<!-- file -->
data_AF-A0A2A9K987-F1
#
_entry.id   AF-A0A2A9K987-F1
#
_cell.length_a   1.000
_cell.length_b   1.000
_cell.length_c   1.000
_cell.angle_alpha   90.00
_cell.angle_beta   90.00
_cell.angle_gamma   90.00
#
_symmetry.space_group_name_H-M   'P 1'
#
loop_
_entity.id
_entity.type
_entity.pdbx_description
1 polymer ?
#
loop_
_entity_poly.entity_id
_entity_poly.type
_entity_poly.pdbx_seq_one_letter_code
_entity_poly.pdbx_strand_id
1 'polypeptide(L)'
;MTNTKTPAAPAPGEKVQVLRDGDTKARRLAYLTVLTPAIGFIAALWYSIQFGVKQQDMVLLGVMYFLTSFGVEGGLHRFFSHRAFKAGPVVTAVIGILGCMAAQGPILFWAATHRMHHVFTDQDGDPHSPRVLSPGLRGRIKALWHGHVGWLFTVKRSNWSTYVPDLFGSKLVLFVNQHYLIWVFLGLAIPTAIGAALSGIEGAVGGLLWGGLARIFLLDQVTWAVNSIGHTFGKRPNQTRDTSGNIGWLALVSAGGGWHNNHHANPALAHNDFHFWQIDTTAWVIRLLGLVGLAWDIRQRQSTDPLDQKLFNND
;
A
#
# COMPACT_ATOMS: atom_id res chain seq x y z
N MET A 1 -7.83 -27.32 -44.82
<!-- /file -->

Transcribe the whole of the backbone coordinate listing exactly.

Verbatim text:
data_AF-A0A2A9K987-F1
#
_entry.id   AF-A0A2A9K987-F1
#
_cell.length_a   1.000
_cell.length_b   1.000
_cell.length_c   1.000
_cell.angle_alpha   90.00
_cell.angle_beta   90.00
_cell.angle_gamma   90.00
#
_symmetry.space_group_name_H-M   'P 1'
#
loop_
_entity.id
_entity.type
_entity.pdbx_description
1 polymer ?
#
loop_
_entity_poly.entity_id
_entity_poly.type
_entity_poly.pdbx_seq_one_letter_code
_entity_poly.pdbx_strand_id
1 'polypeptide(L)'
;MTNTKTPAAPAPGEKVQVLRDGDTKARRLAYLTVLTPAIGFIAALWYSIQFGVKQQDMVLLGVMYFLTSFGVEGGLHRFFSHRAFKAGPVVTAVIGILGCMAAQGPILFWAATHRMHHVFTDQDGDPHSPRVLSPGLRGRIKALWHGHVGWLFTVKRSNWSTYVPDLFGSKLVLFVNQHYLIWVFLGLAIPTAIGAALSGIEGAVGGLLWGGLARIFLLDQVTWAVNSIGHTFGKRPNQTRDTSGNIGWLALVSAGGGWHNNHHANPALAHNDFHFWQIDTTAWVIRLLGLVGLAWDIRQRQSTDPLDQKLFNND
;
A
#
# COMPACT_ATOMS: atom_id res chain seq x y z
N MET A 1 -7.83 -27.32 -44.82